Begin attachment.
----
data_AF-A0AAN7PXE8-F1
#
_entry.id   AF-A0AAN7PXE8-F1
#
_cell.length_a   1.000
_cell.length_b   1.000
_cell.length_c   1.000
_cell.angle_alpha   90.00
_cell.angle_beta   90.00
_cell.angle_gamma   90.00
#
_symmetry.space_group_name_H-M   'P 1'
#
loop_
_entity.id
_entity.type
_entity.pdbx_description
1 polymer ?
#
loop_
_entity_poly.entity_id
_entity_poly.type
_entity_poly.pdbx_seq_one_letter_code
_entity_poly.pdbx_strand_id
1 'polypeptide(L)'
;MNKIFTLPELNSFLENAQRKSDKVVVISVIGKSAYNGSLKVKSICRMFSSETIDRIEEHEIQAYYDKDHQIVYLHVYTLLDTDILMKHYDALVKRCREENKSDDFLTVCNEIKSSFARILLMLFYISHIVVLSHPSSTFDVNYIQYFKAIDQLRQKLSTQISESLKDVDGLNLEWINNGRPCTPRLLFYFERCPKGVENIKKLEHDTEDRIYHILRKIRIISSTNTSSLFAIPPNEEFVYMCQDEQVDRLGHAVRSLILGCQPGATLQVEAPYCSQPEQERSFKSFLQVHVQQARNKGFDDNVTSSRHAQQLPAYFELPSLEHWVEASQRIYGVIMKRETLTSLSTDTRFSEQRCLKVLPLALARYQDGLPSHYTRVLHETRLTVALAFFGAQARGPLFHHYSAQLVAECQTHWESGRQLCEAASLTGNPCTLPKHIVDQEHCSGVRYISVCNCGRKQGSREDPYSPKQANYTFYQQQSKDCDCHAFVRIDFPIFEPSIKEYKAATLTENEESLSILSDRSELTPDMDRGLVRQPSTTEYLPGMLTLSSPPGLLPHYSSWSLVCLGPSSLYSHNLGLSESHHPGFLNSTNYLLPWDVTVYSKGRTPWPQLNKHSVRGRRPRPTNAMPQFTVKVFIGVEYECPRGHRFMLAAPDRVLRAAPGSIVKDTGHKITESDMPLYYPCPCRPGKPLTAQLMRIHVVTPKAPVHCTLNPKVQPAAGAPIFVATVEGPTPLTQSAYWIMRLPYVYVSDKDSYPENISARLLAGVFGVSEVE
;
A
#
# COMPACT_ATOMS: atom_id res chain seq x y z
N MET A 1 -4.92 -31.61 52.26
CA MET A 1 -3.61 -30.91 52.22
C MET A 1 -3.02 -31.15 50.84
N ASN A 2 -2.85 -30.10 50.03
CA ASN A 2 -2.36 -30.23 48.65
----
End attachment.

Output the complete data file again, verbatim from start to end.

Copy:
data_AF-A0AAN7PXE8-F1
#
_entry.id   AF-A0AAN7PXE8-F1
#
_cell.length_a   1.000
_cell.length_b   1.000
_cell.length_c   1.000
_cell.angle_alpha   90.00
_cell.angle_beta   90.00
_cell.angle_gamma   90.00
#
_symmetry.space_group_name_H-M   'P 1'
#
loop_
_entity.id
_entity.type
_entity.pdbx_description
1 polymer ?
#
loop_
_entity_poly.entity_id
_entity_poly.type
_entity_poly.pdbx_seq_one_letter_code
_entity_poly.pdbx_strand_id
1 'polypeptide(L)'
;MNKIFTLPELNSFLENAQRKSDKVVVISVIGKSAYNGSLKVKSICRMFSSETIDRIEEHEIQAYYDKDHQIVYLHVYTLLDTDILMKHYDALVKRCREENKSDDFLTVCNEIKSSFARILLMLFYISHIVVLSHPSSTFDVNYIQYFKAIDQLRQKLSTQISESLKDVDGLNLEWINNGRPCTPRLLFYFERCPKGVENIKKLEHDTEDRIYHILRKIRIISSTNTSSLFAIPPNEEFVYMCQDEQVDRLGHAVRSLILGCQPGATLQVEAPYCSQPEQERSFKSFLQVHVQQARNKGFDDNVTSSRHAQQLPAYFELPSLEHWVEASQRIYGVIMKRETLTSLSTDTRFSEQRCLKVLPLALARYQDGLPSHYTRVLHETRLTVALAFFGAQARGPLFHHYSAQLVAECQTHWESGRQLCEAASLTGNPCTLPKHIVDQEHCSGVRYISVCNCGRKQGSREDPYSPKQANYTFYQQQSKDCDCHAFVRIDFPIFEPSIKEYKAATLTENEESLSILSDRSELTPDMDRGLVRQPSTTEYLPGMLTLSSPPGLLPHYSSWSLVCLGPSSLYSHNLGLSESHHPGFLNSTNYLLPWDVTVYSKGRTPWPQLNKHSVRGRRPRPTNAMPQFTVKVFIGVEYECPRGHRFMLAAPDRVLRAAPGSIVKDTGHKITESDMPLYYPCPCRPGKPLTAQLMRIHVVTPKAPVHCTLNPKVQPAAGAPIFVATVEGPTPLTQSAYWIMRLPYVYVSDKDSYPENISARLLAGVFGVSEVE
;
A
#
# COMPACT_ATOMS: atom_id res chain seq x y z
N MET A 1 -4.92 -31.61 52.26
CA MET A 1 -3.61 -30.91 52.22
C MET A 1 -3.02 -31.15 50.84
N ASN A 2 -2.85 -30.10 50.03
CA ASN A 2 -2.36 -30.23 48.65